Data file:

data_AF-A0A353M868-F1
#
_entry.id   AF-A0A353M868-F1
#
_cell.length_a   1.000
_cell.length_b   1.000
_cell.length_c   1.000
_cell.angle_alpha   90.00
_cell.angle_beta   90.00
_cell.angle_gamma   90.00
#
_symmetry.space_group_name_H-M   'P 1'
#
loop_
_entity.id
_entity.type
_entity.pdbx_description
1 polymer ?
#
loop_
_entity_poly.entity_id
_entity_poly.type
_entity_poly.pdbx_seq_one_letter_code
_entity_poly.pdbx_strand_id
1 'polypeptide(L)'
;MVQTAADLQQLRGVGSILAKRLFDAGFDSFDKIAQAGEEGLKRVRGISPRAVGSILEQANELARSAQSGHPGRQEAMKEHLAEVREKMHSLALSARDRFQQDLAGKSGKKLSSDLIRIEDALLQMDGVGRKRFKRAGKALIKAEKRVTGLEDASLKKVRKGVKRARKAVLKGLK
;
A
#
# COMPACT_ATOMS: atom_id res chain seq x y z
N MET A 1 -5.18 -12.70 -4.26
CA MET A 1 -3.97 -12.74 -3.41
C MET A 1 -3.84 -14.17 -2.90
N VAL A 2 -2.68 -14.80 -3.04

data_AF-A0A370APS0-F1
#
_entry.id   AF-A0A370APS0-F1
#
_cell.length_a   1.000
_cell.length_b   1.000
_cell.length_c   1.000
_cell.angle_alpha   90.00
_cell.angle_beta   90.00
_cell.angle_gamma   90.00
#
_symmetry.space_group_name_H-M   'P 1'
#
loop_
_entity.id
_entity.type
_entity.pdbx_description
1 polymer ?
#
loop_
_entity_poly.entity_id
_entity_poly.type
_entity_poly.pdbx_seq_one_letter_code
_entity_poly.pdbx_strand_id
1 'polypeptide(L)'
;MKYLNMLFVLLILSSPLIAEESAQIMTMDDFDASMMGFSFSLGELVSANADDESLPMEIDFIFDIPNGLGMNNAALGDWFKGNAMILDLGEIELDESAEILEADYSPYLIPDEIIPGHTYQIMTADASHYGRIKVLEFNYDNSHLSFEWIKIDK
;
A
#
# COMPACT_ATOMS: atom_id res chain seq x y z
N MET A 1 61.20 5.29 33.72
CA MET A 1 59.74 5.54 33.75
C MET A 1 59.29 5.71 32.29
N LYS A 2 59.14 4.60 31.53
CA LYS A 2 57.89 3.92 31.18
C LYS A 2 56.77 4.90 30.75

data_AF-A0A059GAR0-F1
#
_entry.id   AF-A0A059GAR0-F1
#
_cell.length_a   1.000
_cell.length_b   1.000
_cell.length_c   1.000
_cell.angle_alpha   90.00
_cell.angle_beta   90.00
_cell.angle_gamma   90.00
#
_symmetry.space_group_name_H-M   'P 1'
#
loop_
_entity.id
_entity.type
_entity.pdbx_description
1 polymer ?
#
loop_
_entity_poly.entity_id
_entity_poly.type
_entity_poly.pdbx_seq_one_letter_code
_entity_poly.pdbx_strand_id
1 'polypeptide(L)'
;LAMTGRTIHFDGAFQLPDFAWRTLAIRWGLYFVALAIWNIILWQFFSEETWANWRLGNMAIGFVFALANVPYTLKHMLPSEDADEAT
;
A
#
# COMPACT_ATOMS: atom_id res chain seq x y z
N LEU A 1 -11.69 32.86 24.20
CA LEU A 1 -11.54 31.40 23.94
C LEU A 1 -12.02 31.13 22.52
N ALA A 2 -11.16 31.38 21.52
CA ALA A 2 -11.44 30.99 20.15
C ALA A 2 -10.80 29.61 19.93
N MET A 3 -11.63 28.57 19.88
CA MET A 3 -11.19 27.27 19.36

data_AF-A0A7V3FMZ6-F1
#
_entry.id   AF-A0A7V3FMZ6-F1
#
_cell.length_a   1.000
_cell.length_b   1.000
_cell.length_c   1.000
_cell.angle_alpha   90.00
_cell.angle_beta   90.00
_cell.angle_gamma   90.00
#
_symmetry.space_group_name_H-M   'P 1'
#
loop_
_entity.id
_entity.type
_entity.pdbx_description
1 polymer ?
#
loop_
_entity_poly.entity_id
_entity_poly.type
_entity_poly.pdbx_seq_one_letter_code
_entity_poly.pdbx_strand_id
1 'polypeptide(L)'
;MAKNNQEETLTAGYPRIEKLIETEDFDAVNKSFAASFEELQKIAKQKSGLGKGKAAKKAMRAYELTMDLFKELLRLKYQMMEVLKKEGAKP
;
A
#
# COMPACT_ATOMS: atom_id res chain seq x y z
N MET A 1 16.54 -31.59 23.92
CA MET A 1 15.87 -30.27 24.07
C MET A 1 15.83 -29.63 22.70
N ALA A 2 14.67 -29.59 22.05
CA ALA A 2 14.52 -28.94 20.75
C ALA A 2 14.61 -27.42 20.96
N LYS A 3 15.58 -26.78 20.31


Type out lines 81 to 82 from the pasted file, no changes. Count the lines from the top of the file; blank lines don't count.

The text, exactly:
#
_symmetry.space_group_name_H-M   'P 1'